Community Integration for Children with Disabilities
What is community integration?
Community integration is achieved when children with disabilities participate in activities in their community and are assimilated with their able-bodied peers. Community integration also refers to participation; which is engagement in social relationships, leisure activities, and community activities (King et al., 1999) with any peer group. Children with disabilities are not considered fully integrated by simply being with their peers; rather, it is their interaction and active participation with other children that aids integration. Finally, community integration is a human right. The United Nations:
“ensure(s) that the disabled child has effective… recreation opportunities in a manner conducive to the child’s achieving the fullest possible social integration and individual development, including his or her cultural and spiritual development” (United Nations High Commission for Human Rights, 1997).
What are the barriers to integration?
Barriers to community integration exist at different levels; there are architectural/physical barriers, institutional barriers and attitudinal barriers that inhibit children from fully participating in their community (Ministry of Community and Social Services, 2007).
Architectural/Physical barriers: the physical environment is not accessible to children with disabilities (e.g., inaccessible community centers prevent children from entering the building)
Institutional barriers:organizational policies or practices restrict the involvement of children with disabilities (e.g., strict time commitments for activities prevent children with scheduled appointments from participating)
Attitudinal barriers:people discriminate against children with disabilities and restrict participation (e.g., bullying from peers)
Despite these barriers, it is important to recognize the benefits of participation in order to promote action towards integrating children with disabilities into the community.
What are the benefits of integration?
There is a lot of research on the benefits and positive effects of community integration and participation on children and adolescents with disabilities. Engaging in community activities facilitates the intellectual, physical and social growth of children with disabilities (Washington, Wilson, Engel, & Jensen, 2007). In addition, interacting with peers helps develop socially appropriate behaviours and skills (King et al., 1999), and contributes to building friendships and relationships. These outcomes contribute to an increase in self-esteem and positive views of the self (Washington et al., 2007).
How do we achieve community Integration?
According to disability thinkers, people with disabilities cannot participate in society because of institutional inequality, physical barriers and discriminatory social policies, attitudes and behaviours (Hammell, 2006). In order to promote community integration the following sectors must address these barriers in creative and complementary ways: national, provincial and municipal governments, businesses, professionals, educators and the media. Steps have already been taken in a positive direction; The Ministry of Health and Long Term Care is promoting change through the Accessibility for Ontarians with Disabilities Act of 2005.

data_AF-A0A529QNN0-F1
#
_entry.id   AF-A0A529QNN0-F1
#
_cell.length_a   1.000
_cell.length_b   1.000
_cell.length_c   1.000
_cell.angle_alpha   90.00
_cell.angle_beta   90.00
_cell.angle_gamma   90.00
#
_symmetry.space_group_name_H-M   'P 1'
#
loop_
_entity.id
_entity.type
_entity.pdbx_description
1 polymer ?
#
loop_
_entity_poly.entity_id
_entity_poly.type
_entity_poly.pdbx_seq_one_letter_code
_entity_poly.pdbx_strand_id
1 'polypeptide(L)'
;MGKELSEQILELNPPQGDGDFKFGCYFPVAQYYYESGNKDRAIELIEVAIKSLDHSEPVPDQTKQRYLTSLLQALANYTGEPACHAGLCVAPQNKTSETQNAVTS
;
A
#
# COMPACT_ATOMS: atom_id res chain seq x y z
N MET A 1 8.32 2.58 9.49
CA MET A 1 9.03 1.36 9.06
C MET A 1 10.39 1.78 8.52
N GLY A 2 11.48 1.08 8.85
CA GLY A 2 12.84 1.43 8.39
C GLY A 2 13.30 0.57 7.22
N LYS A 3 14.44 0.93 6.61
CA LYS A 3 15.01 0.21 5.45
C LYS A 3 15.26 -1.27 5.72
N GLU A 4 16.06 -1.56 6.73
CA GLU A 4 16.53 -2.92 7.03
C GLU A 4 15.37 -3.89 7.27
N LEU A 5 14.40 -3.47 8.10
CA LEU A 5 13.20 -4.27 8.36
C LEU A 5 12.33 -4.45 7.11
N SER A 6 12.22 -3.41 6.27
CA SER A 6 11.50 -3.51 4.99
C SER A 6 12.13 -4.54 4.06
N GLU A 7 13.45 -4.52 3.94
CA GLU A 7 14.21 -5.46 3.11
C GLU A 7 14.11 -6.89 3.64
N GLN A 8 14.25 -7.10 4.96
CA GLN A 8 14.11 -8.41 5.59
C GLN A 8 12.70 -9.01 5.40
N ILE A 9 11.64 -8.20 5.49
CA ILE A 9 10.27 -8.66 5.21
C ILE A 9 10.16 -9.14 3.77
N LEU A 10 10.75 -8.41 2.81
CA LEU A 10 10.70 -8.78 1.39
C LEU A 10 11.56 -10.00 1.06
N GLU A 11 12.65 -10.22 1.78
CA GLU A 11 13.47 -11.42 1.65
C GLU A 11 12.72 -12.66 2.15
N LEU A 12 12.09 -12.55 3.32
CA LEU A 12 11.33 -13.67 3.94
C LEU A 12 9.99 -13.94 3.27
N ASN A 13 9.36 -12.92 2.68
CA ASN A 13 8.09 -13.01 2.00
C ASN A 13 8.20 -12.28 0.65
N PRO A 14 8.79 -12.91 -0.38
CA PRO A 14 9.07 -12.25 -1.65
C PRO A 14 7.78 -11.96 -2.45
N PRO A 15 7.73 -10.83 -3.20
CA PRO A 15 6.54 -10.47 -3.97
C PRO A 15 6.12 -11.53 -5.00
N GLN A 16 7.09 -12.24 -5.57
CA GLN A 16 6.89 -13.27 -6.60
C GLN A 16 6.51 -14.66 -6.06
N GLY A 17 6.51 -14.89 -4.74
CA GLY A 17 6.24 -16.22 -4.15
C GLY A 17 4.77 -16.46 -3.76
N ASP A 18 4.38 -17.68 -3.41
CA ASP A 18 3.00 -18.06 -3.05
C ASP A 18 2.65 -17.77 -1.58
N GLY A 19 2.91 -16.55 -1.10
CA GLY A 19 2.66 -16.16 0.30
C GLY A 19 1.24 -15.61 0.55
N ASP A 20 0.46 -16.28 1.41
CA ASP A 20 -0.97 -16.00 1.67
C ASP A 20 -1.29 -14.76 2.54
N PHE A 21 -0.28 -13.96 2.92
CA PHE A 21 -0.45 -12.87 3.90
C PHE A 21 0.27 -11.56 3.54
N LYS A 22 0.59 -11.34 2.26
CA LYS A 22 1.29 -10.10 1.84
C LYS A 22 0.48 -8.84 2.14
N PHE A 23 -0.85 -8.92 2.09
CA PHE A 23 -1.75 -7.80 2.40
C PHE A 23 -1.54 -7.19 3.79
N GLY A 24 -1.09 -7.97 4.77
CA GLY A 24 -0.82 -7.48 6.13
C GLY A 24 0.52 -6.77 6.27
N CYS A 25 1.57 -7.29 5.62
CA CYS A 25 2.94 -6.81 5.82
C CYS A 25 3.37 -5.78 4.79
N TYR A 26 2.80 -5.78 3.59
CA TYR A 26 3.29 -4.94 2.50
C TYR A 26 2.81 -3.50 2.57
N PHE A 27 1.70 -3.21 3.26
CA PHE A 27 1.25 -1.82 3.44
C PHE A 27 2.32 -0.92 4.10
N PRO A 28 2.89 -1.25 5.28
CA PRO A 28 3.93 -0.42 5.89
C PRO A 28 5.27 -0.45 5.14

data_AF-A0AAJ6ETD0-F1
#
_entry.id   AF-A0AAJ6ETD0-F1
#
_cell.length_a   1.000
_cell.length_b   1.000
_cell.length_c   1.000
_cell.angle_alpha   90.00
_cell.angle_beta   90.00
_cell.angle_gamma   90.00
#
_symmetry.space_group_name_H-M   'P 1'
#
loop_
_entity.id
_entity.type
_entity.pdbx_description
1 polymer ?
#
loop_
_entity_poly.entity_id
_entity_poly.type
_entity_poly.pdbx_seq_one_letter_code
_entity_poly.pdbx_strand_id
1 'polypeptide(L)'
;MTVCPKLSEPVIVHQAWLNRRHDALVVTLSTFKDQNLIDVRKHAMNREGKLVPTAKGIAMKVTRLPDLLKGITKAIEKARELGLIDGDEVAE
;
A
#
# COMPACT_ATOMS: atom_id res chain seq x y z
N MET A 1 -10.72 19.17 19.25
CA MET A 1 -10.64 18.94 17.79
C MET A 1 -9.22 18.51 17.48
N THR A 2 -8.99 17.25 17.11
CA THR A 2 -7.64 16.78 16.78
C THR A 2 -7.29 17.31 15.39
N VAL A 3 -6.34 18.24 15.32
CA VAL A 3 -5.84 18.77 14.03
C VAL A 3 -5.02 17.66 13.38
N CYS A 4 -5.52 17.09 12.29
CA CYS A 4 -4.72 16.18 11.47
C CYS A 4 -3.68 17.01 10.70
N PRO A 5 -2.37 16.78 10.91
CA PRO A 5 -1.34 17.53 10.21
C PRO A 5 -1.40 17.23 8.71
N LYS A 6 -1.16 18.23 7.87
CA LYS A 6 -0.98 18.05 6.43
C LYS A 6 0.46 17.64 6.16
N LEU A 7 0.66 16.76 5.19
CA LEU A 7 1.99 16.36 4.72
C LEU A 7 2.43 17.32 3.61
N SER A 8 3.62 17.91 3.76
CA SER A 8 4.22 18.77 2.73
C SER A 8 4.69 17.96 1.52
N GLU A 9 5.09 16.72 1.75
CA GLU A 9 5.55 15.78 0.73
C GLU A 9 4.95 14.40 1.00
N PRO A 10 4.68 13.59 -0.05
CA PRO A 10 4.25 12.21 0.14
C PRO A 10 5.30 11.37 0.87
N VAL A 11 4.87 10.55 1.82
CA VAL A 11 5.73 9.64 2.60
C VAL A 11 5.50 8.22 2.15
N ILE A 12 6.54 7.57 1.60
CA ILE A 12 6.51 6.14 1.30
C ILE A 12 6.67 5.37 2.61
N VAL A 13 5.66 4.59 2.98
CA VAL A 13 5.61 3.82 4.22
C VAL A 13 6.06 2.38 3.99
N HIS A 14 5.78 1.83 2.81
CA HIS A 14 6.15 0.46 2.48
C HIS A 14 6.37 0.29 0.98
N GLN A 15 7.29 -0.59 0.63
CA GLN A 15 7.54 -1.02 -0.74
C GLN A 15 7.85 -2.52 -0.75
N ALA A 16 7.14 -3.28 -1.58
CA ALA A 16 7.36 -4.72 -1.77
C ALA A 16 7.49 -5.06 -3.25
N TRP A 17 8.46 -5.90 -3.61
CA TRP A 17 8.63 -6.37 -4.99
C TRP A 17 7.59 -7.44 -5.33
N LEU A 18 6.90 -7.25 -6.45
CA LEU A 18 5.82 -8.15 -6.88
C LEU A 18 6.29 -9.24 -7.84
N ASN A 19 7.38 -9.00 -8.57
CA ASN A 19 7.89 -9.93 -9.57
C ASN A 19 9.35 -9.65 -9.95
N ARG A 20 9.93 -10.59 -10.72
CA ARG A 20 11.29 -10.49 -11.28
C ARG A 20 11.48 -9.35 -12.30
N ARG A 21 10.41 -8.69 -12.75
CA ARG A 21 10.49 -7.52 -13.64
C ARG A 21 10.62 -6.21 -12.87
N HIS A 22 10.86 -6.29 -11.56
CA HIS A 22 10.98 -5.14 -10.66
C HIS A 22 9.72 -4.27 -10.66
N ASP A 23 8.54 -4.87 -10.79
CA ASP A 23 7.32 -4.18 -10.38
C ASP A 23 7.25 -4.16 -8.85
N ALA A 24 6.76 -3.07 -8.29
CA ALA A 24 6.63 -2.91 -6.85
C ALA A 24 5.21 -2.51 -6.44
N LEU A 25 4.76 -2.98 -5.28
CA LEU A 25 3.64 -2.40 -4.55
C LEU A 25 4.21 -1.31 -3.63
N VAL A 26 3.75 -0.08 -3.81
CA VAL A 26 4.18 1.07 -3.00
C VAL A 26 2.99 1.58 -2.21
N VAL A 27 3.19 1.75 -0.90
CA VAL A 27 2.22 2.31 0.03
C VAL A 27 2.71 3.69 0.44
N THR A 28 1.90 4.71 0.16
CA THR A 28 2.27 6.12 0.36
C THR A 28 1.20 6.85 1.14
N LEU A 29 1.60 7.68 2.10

Participation is also achieved by identifying the diverse needs of children across the disability spectrum and supporting these special needs in the community (Solish, Minnes, & Kupferschmidt, 2003). Children may experience personal barriers to community integration that lie outside the scope of institutional powers. It is the responsibility of local communities to become involved in local efforts to remove these barriers in an effort to enhance participation. For example, some children with disabilities face transportation issues and cannot go back and forth to community centres (Solish et al., 2003). There are many solutions to such an issue; some include arranging an accessible van service or considering the location of community events. Furthermore, local communities can be a force of positive change for individuals with disabilities at a national level by becoming active in addressing accessibility issues, advocating for barrier-free services and community events, and ensuring their voices are heard.
By Asiya Baksh, Student OT
- King, G., Law, M., King, S., Rosenbaum, P., Kertoy, M., & Young, N. (1999).
The participation of children with physical disabilities. Keeping Current. Retrieved May 26, 2008, from http://www.canchild.ca/Default.aspx?tabid=134
- Hammell, K.W. (2006). Perspectives on disability & rehabilitation. Toronto: Elsevier.
- Ministry of Community and Social Services. (2007). Accessibility for Ontarians with Disabilities.
Retrieved May 25, 2008, from http://www.mcss.gov.on.ca/mcss/english/topics/pop_ado_barriers.htm
- Solish, A. Minnes, P., & Kupferschmidt, A. (2003). Integration of children with developmental disabilities in social activities. Journal of Developmental Disabilities, 10, 115-122.
- United Nations High Commission for Human Rights. (1997). Convention on the rights of the child. Retrieved May 26, 2008, from http://www.unhchr.ch/html/menu3/b/k2crc.htm
- Washington, L.A., Wilson, S., Engel, J.M., & Jensen, M.P. (2007). Development and preliminary evaluation of a paediatric measure of community integration: The Paediatric Community Participation Questionnaire (PCPQ). Rehabilitation Psychology, 52, 241-245.